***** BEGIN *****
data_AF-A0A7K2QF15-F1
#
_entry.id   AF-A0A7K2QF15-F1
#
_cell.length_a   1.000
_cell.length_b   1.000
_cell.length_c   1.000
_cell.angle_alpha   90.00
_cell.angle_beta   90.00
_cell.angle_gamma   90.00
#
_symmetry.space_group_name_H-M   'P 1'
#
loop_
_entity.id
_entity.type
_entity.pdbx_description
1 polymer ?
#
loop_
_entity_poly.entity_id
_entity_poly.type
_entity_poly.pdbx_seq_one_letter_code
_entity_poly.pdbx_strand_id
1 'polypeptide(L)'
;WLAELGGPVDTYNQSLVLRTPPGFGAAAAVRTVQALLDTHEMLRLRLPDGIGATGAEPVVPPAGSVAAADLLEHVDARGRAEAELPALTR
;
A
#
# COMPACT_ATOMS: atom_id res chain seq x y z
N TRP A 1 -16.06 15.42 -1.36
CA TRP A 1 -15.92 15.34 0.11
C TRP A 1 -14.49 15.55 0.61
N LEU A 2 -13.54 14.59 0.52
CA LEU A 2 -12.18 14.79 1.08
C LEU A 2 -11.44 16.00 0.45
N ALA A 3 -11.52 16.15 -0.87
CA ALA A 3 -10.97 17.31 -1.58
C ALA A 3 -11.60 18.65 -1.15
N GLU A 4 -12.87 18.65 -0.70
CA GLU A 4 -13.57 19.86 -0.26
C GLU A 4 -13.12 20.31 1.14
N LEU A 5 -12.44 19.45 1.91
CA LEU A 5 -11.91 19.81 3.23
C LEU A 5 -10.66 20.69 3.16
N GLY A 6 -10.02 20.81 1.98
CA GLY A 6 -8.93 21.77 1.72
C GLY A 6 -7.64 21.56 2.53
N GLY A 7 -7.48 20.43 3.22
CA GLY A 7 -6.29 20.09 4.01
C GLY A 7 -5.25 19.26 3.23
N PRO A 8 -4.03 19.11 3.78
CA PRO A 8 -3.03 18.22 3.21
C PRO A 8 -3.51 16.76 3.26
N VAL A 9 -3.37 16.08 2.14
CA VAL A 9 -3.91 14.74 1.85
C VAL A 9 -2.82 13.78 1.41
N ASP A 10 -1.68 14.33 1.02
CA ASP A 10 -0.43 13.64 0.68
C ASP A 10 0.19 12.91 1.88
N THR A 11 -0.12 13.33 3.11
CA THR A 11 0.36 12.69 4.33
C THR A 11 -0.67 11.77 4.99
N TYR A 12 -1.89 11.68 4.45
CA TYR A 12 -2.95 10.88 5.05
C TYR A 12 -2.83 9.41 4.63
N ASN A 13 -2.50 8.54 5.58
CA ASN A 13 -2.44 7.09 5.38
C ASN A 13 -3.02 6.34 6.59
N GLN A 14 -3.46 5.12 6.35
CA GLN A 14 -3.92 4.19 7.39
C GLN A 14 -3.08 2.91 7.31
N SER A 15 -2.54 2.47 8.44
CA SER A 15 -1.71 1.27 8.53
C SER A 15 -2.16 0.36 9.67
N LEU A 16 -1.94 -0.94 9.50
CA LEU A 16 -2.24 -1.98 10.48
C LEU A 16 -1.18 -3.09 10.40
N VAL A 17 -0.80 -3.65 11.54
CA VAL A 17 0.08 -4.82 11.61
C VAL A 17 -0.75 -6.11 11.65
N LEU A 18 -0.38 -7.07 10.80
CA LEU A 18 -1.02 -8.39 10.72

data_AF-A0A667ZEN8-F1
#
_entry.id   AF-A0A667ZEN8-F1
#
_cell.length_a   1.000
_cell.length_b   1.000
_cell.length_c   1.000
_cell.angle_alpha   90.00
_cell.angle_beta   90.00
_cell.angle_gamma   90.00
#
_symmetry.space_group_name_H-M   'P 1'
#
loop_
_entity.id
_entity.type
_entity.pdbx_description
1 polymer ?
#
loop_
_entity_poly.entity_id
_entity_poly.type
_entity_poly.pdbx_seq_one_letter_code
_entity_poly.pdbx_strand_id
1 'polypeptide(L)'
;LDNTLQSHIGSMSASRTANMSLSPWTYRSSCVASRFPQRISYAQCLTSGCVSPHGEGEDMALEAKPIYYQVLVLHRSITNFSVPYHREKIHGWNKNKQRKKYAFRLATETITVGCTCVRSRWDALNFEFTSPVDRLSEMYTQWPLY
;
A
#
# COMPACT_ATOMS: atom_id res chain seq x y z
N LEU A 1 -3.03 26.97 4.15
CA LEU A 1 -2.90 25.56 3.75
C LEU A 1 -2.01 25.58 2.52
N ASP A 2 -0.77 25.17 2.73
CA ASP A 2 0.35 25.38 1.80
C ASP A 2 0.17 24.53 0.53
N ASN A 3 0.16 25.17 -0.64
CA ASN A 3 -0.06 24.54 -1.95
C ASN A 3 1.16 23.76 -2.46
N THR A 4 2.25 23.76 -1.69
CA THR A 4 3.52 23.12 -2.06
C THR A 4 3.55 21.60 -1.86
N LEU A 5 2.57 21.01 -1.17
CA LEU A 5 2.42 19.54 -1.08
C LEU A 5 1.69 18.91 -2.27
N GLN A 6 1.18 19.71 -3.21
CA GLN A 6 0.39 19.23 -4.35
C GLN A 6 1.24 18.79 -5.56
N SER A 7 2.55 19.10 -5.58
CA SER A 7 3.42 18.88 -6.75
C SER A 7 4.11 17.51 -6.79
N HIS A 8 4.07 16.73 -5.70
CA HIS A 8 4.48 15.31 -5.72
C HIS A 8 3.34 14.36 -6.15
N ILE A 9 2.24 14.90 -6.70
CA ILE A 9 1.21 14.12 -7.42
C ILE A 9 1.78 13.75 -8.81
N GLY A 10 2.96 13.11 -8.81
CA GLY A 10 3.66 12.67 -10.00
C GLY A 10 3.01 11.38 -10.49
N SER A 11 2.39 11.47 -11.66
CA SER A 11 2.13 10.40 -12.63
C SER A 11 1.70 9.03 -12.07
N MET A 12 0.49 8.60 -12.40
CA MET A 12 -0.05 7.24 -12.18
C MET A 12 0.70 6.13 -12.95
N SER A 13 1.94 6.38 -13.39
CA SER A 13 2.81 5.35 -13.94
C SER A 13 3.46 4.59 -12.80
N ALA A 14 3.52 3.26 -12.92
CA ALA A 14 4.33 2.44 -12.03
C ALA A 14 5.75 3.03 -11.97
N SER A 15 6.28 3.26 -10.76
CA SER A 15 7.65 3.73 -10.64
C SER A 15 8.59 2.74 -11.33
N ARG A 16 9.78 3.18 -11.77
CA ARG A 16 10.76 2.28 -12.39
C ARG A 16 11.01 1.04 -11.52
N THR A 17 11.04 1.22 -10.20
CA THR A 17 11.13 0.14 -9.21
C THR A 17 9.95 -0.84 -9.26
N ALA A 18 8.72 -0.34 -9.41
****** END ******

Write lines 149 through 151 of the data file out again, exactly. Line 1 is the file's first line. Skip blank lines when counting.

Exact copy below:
C MET A 12 0.70 6.13 -12.95
N SER A 13 1.94 6.38 -13.39
CA SER A 13 2.81 5.35 -13.94